Most other auto firms in India including Maruti Suzuki, Tata Motors, Hyundai Motors, Kia Motors, Nissan, Renault and Honda Cars have either already curbed production or will do so soon.
For Mahindra & Mahindra (M&M), which has just started executing a comeback strategy for wresting back ground it lost to rivals, this could not have come at a worse time.
The maker of the Bolero Neo and the Thar models on Thursday said it would have to halt production at its automotive plant for a week due to the worsening supply situation of semiconductors.
As a result of the "no-production" days, the company's overall output during the month is expected to contract 20-25 per cent, the company said in an exchange filing.
The announcement by the Mumbai-based utility vehicle major comes two days after Maruti, the car market leader, informed the exchanges of a potential loss of 40 per cent in its output due to semiconductor shortage.
With demand far outpacing supplies due to Covid-19-induced shutdowns, automakers worldwide have been grappling with shortage of the microprocessor chip.
The complex supply chain network means India can't be isolated.
Most of the other automobile firms in India, including Tata Motors, Hyundai Motor India, Kia Motors, Nissan, Renault, and Honda Cars, have either already curbed production or will do so in the coming weeks.
"The company's automotive division continues to face supply shortages of semiconductors, which has further accentuated due to Covid lockdowns in some parts of the world," said M&M in a statement.
M&M will be observing ‘no-production days’ of around a week at its automotive division plants this month, it said.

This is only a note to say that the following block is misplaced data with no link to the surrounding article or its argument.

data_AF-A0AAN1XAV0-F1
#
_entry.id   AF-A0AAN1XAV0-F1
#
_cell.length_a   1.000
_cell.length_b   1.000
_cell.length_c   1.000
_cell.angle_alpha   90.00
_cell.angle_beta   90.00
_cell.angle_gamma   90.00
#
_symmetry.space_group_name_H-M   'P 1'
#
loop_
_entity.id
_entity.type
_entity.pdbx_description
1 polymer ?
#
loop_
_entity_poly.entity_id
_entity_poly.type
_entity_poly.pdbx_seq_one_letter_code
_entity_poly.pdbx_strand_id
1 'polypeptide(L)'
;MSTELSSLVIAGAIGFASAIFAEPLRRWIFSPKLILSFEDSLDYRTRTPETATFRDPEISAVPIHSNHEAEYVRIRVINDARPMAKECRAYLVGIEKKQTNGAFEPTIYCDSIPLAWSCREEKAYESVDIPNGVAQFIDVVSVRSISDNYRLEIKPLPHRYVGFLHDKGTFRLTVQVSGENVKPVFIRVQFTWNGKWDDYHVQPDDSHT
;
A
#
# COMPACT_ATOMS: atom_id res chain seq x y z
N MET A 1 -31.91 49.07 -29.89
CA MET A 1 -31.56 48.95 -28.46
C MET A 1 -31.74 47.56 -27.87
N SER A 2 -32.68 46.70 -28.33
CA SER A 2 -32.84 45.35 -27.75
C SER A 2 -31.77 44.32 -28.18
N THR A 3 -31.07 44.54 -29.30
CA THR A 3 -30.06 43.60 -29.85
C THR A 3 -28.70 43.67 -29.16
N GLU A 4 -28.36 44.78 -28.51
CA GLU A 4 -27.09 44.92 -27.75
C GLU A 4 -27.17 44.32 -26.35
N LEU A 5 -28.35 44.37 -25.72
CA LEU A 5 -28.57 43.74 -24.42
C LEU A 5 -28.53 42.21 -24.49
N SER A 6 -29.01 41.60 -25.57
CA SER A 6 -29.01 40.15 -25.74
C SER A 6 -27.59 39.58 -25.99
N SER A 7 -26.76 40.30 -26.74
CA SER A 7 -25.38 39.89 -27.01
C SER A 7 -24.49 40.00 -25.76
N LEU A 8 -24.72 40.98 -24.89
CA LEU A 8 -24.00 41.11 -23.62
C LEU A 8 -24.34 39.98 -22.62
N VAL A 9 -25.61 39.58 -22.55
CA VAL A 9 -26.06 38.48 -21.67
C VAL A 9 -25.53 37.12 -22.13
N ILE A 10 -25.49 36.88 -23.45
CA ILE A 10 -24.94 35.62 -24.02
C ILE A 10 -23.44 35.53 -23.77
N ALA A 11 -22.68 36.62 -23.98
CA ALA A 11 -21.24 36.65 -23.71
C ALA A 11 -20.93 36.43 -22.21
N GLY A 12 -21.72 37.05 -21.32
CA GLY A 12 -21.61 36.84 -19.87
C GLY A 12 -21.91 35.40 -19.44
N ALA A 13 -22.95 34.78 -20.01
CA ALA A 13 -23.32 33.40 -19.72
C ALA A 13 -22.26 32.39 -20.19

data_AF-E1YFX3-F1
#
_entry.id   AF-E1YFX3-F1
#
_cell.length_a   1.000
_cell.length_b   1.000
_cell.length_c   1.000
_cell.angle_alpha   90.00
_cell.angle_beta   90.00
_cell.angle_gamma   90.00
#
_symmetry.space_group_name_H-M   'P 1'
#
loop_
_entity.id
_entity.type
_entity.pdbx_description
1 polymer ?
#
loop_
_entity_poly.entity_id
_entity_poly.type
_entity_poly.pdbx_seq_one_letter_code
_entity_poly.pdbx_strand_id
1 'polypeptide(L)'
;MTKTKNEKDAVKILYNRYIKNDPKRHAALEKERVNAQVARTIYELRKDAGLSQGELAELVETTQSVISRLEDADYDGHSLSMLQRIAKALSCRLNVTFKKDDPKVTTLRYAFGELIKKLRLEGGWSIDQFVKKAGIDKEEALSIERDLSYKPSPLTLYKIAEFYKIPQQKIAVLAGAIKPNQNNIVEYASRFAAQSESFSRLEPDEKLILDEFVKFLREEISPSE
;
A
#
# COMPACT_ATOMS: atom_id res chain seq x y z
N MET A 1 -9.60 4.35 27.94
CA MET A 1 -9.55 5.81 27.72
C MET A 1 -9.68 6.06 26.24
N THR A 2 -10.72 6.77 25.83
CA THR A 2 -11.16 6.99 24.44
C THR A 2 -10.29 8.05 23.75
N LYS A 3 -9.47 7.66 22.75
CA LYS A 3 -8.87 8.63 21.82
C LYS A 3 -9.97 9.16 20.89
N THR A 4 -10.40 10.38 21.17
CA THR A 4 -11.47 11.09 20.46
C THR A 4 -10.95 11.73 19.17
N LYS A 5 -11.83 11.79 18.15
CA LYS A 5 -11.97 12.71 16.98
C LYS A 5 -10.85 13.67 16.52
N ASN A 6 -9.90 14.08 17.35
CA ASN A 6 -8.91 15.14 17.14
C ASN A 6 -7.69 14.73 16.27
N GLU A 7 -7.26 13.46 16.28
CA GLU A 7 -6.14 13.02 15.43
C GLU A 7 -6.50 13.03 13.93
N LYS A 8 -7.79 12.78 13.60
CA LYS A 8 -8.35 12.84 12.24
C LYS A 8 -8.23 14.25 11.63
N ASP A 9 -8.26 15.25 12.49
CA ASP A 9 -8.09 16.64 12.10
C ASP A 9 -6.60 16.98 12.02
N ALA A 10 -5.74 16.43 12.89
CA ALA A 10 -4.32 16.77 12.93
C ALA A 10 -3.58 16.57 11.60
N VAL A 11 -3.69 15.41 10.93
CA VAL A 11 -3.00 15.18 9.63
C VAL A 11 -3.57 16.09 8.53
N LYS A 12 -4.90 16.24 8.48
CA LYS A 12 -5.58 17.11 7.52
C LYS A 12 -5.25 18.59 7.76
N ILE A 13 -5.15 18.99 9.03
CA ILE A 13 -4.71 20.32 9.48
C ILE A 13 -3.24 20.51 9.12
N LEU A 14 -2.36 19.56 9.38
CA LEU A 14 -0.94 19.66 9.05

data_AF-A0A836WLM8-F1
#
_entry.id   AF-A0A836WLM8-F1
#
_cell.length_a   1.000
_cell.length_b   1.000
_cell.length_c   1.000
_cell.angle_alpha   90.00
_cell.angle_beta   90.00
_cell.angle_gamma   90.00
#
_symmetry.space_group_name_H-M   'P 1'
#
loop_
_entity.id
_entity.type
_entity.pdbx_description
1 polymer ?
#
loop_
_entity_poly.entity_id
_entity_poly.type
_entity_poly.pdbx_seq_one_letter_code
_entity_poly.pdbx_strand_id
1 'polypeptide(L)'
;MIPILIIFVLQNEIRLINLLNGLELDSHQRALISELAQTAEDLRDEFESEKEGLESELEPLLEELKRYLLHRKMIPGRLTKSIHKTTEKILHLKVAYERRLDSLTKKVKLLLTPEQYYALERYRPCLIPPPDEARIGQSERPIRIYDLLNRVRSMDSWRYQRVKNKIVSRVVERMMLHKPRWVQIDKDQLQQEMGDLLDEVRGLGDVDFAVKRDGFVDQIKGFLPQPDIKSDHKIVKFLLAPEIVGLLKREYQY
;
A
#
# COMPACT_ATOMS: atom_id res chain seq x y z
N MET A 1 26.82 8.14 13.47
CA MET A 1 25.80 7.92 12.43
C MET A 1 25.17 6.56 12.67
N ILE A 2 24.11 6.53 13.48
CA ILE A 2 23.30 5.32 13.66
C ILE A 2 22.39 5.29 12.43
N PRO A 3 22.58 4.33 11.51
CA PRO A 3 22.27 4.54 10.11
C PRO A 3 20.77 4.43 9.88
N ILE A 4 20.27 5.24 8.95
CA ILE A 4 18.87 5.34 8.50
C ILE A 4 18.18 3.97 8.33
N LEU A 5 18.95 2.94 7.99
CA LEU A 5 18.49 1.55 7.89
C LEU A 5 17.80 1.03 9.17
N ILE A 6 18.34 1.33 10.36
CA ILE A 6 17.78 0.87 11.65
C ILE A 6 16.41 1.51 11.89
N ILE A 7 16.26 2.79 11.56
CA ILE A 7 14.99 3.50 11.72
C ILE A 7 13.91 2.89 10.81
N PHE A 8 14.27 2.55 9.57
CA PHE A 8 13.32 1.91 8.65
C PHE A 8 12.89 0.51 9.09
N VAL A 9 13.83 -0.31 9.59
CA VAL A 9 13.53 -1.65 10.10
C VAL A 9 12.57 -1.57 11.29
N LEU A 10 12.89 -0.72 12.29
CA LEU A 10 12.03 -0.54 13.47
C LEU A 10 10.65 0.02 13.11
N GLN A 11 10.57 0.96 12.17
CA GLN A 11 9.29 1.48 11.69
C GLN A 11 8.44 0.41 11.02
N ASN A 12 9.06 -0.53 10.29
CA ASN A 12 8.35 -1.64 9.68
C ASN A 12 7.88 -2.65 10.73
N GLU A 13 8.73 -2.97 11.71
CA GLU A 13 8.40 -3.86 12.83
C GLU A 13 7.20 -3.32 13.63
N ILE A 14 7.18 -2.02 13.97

As a result of the halt in production, the company's revenue and profitability will be impacted in line with the fall in production volumes.
"Since the situation is dynamic, the company is carefully reviewing the supply situation,” said M&M.
Owing to the persistent and extended shortage of chips, I.H.S Markit, a sales forecast and market research firm, has cut its light vehicle sales forecast for India by 150,000 units, from the earlier 3.65 million units to 3.35 million units now.
It expects the struggle to get chips to continue into 2022.
“India's light vehicle market will breach 4-million-plus units in 2023,” said Puneet Gupta, associate director, at I.H.S. Markit automotive sales forecasting, advisory & product planning projects, adding that global automakers are likely to reorient their production volumes to their profitability index.
This means that a particular market will be given priority for chips - which are being sourced centrally by the parent company, on the basis of a market's profitability.
To deal with the current situation, most companies are reorienting their model and variant mix.
Automakers are faced with production cuts at an unusual time - ahead of the very critical festival season.
The 32-day period - starting with Navratra and extending till Diwali - is considered to be auspicious by buyers for purchase of high-value items.
The period accounts for close to a third for passenger vehicle makers' annual sales.
In anticipation of an increased demand, companies typically boost production.
But faced with a chip shortage, they are bracing for a cut, rather than a ramp-up.
As the demand and supply gap widens for chips in the coming weeks, companies will shell out more to procure chips and will be forced to pass on the additional cost burden to buyers, said Gupta.
As a result, prices will shoot up further.
|Semiconductor shortage chips auto volumes|
India Light Vehicle sales projection
2021—3.7 million (earlier)
2021-3.55 million (revised)
2022- 3.8 million
2023 – 4.1million
Source: I.H.S Markit
Photograph: Courtesy Mahindra Automotive